Rick “Raping” Ross and his Relationship with Reebok

reebokThere’s a pair of Reebok’s on sale at the shoe store I work at. Garish, in-your-face little things, they are. I typically wouldn’t even look at a shoe like this, but it’s one of the few for sale in my store with a pivot ball on the sole – which, if you do Zumba, you know is really good for dancing. The colors are bright enough to allow me to cra ft an entire 80’s outfit around them, and perhaps spend an afternoon in pretend proficiency in breakdancing, if I ever chose to.

They were too expensive though. I waited for them to go on sale, and last week they finally did. At 30% off, I could easily afford them now…but then I read the news and discovered that I didn’t even WANT them.

It’s been all over the news for the last 2 weeks or more: Rick Ross’ pro-rape lyrics in the song U.O.E.N.O. (which I have no idea what is abbreviated for and have no interest in discovering.) One verse in particular had women’s rights and advocates for rape victims in arms and engaged in battle. In my view, their reaction was apt and warranted.

That nigga sold you that re-rock, you ain’t even know it
I die over these Reeboks, you ain’t even know it
Put Molly all in her champagne, she ain’t even know it
I took her home and I enjoyed that, she ain’t even know it
Got a hundred acres I live on, you ain’t even know it
Got a hundred rounds in this AR, you ain’t even know it
Got a bag of bitches I play with, on cloud 9 in my spaceship
Zoned out but he stay fresh from Zone 1 through Zone 6
Bricks all in my blood, birds all in my dreams
Boats all in my yard, lemon pepper my wings
I’m bout to get you f*ck niggas wacked, you ain’t even know it
Your main nigga bout to turn his back, you ain’t even know it

This is my first time actually looking up the lyrics outside of the reference to drugging his date and raping her while unconscious. I’m a bit perturbed by the rest of the content. Like most Top 40 rap today, it’s nothing more than gibberish about flaunting wealth, bagging b*tches and killing other Black guys. You know, just your run of the mill hood jingle. The only thing that distinguishes one rapper from the next is some gimmick he is forced to employ, and so you have L’il Wayne sporting nut hugging leopard print pants (which he has the audacity to sag) and a portly Rick Ross exposing his grotesque belly at every opportunity. The point is, if you’re looking for a song for which to use as a protest against the myriad of ills that plagues American society, this one certainly qualifies.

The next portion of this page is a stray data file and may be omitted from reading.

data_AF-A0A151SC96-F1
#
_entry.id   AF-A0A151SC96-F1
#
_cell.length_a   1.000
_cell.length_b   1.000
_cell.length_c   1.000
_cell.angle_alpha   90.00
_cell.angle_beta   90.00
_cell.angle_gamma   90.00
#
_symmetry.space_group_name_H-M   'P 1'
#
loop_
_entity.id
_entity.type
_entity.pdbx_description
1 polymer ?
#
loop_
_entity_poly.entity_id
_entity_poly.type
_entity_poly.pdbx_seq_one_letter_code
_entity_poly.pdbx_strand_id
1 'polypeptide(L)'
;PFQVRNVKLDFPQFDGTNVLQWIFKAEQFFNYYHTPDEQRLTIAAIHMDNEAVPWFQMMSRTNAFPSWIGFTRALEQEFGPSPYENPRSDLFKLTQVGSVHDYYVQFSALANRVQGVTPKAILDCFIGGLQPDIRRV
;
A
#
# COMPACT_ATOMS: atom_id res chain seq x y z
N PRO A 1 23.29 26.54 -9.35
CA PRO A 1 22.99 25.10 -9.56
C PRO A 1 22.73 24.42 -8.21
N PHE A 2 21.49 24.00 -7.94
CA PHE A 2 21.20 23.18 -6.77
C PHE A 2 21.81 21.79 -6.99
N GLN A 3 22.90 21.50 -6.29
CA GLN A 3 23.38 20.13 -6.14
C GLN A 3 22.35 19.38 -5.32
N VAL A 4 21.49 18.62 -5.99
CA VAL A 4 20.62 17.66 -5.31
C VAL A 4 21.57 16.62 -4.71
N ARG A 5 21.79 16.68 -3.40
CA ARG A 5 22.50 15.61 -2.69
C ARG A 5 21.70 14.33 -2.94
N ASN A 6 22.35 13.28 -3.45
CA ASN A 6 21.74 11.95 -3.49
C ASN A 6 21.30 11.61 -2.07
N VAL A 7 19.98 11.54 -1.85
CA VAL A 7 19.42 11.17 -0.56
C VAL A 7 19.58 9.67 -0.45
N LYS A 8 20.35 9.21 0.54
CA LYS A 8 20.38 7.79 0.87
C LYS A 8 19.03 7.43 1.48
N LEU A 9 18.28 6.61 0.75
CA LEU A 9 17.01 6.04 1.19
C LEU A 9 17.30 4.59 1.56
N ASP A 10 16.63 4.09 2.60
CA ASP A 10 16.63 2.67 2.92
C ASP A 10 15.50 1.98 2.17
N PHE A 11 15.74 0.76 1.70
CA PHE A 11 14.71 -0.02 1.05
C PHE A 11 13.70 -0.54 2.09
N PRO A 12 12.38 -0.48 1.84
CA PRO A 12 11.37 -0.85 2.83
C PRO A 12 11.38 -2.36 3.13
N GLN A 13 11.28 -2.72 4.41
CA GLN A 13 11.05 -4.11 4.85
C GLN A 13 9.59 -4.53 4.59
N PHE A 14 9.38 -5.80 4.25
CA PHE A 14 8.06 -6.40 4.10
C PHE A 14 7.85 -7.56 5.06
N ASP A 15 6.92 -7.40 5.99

U.O.E.N.O has now earned the shameful moniker of “Rick Ross’ date rape song”, something I’m sure he never imaged when he penned his “lyrical masterpiece”, and yet there you have it. My problem with the song is not that he wrote it, or even put it to music. It’s that all the adults in the room listened to each syllable and didn’t find anything wrong with it. This is an issue that is playing itself out in music studios all across the nation: there is no sense of accountability. None whatsoever.

In the wake of Steubenville, the rape and impending suicide of Audrie Pott and hundreds of stories of rape that we will never hear about, Rick Ross’ situation becomes particularly poignant. Rick Ross is not a role model for anyone under the age of 40, but he does possess the same privileges and certain the same platform of the cherished title American society has heaped on the gaggle of hapless dimwits we love to idolize.

He is a musician, and music is –and always will be – influential.

I’m guessing the average consumer of Rick Ross’ music is young, male and urban (or wannabe urban). As was exhibited by the case in Steubenville, most of this segment of society doesn’t have the sense of a boiled crab. When you make suggestions of this sort – that you can drug a girl and take her home, and “enjoy that” without her even knowing it – and don’t follow up with the possible consequences of this action, which include arrest and incarceration, well then that makes you dangerous.